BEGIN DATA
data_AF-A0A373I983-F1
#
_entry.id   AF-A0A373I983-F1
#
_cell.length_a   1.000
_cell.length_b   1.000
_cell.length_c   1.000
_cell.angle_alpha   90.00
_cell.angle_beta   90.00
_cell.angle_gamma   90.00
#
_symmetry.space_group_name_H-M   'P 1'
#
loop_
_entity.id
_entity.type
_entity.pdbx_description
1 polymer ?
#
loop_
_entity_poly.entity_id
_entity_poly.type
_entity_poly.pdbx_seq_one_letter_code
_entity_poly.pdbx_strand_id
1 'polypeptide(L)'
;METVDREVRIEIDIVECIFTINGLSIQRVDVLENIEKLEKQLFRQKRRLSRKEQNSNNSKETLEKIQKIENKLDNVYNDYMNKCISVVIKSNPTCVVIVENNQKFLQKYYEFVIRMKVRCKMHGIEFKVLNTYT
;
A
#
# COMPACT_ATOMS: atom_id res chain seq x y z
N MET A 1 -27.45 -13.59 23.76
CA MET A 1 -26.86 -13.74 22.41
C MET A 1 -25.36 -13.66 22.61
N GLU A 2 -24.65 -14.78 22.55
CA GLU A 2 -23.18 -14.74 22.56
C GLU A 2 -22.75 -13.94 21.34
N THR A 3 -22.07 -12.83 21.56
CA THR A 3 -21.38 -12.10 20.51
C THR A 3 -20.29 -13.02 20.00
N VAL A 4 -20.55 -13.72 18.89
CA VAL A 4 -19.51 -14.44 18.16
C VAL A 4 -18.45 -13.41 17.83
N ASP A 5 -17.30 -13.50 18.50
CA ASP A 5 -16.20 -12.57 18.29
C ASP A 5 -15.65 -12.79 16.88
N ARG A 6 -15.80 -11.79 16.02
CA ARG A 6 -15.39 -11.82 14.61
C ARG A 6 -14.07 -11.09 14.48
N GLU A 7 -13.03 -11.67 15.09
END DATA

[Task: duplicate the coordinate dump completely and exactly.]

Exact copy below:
data_AF-A0A373I983-F1
#
_entry.id   AF-A0A373I983-F1
#
_cell.length_a   1.000
_cell.length_b   1.000
_cell.length_c   1.000
_cell.angle_alpha   90.00
_cell.angle_beta   90.00
_cell.angle_gamma   90.00
#
_symmetry.space_group_name_H-M   'P 1'
#
loop_
_entity.id
_entity.type
_entity.pdbx_description
1 polymer ?
#
loop_
_entity_poly.entity_id
_entity_poly.type
_entity_poly.pdbx_seq_one_letter_code
_entity_poly.pdbx_strand_id
1 'polypeptide(L)'
;METVDREVRIEIDIVECIFTINGLSIQRVDVLENIEKLEKQLFRQKRRLSRKEQNSNNSKETLEKIQKIENKLDNVYNDYMNKCISVVIKSNPTCVVIVENNQKFLQKYYEFVIRMKVRCKMHGIEFKVLNTYT
;
A
#
# COMPACT_ATOMS: atom_id res chain seq x y z
N MET A 1 -27.45 -13.59 23.76
CA MET A 1 -26.86 -13.74 22.41
C MET A 1 -25.36 -13.66 22.61
N GLU A 2 -24.65 -14.78 22.55
CA GLU A 2 -23.18 -14.74 22.56
C GLU A 2 -22.75 -13.94 21.34
N THR A 3 -22.07 -12.83 21.56
CA THR A 3 -21.38 -12.10 20.51
C THR A 3 -20.29 -13.02 20.00
N VAL A 4 -20.55 -13.72 18.89
CA VAL A 4 -19.51 -14.44 18.16
C VAL A 4 -18.45 -13.41 17.83
N ASP A 5 -17.30 -13.50 18.50
CA ASP A 5 -16.20 -12.57 18.29
C ASP A 5 -15.65 -12.79 16.88
N ARG A 6 -15.80 -11.79 16.02
CA ARG A 6 -15.39 -11.82 14.61
C ARG A 6 -14.07 -11.09 14.48
N GLU A 7 -13.03 -11.67 15.09